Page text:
And My Present!
“Present” meaning both right now and a gift. Right now I am in the throes of fairy fascination as a result of the fairy adventures described in my last post: I have plans for building my own fairy house and garden, I have been reading books about them. I’m also mindful of Shakespeare’s play: A Midsummer Night’s Dream which is about fairies and how their lives intersect with those of humans: so how mysteriously awesome it is that I have written a play entitled A Midsummer Nights’ Spell?!! (Read a synopsis: http://jkwintersauthor.com/writing-samples/plays/midsummer-nights-spell-a-play-on-words/.) To have something be mysteriously awesome is just one of the gifts I am receiving right now.
Since this blog is entitled “Writing…My Future,” I usually try to make the connection in individual posts, so here’s the connection in this one: in my (so far unpublished) novel, The Potluck, Chapter 11, Renee’s grandson, Reggie, tells her he draws fairies and elves, “like the ones you read to us about in stories and that live in your garden.” He then goes on to say, “When we are in your sun room I can see them playing around the pond. They take care of your plants.”
Wow! Was I writing my future when I wrote that a couple of years ago? At the time I was didactically focused on the fairy tale part because I believe adult fiction could benefit from some of the elements found in those stories. But Reggie also said something that turned out to be important to me now, even though I was oblivious to its importance then. How cool is that?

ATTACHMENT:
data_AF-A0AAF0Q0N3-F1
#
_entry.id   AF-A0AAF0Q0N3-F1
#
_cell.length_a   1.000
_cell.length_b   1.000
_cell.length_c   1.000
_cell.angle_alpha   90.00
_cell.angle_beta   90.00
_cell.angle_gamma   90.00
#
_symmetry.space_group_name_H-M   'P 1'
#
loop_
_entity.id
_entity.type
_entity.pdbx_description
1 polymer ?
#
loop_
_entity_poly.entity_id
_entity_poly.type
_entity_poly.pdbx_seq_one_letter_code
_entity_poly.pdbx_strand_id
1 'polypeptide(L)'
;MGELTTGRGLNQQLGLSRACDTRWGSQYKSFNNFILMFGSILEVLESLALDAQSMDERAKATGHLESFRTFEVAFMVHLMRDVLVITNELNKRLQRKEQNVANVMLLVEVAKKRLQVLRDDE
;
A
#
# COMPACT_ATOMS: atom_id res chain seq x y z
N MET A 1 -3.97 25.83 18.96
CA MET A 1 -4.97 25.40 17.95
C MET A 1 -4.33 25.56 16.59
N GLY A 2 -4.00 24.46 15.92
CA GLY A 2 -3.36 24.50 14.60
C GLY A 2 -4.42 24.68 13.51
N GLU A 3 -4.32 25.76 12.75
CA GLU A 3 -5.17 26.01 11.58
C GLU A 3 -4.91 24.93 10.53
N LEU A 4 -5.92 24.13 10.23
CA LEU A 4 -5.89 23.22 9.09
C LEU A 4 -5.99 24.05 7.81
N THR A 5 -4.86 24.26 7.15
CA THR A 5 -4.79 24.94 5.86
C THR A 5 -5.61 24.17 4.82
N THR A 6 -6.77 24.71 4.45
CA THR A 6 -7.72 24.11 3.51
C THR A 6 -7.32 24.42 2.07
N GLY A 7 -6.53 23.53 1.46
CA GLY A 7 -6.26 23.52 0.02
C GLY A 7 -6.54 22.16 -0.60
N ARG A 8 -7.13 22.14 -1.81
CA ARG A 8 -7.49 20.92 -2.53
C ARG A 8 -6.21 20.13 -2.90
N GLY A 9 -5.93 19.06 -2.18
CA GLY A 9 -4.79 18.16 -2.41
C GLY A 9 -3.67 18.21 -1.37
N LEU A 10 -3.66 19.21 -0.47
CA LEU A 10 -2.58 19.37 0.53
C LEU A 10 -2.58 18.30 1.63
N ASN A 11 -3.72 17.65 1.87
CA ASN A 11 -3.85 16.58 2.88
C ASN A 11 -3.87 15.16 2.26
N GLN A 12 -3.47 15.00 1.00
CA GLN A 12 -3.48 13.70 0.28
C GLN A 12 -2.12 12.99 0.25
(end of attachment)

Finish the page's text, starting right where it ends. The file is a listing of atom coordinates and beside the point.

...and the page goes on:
I find myself wondering–which I note in passing is a very magical kind of activity–if my interest in fairies is that they are an apt metaphor for me in the present, or are fairies really “real” (whatever that means!)? Hmmm, or maybe it’s both. Most cultures and continents have fairy lore, with common elements such as they inhabit naturescapes such as wooded knolls, rocky hideaways, and gardens; they shape-shift; they appear and then disappear; and they can cast spells on humans.
“Real” or simply metaphorical–or both, fairies, as Betty Earl describes them in her book, Fairy Gardens are “infinitely playful.” She goes on to say, “A garden full of fairies is not a quiet one, far from it. It is a world where fairies sing and dance, laugh while playing merrily on twisted twigs and branches, and gleefully frolic amidst fragrant blossoms.”
There’s that reference to play again, so let’s call this post the fifth in the series. I wonder if there is another coming soon!
For those of you still with me, check out this fun fairy site: http://www.flowerfairies.com/US_version/home.html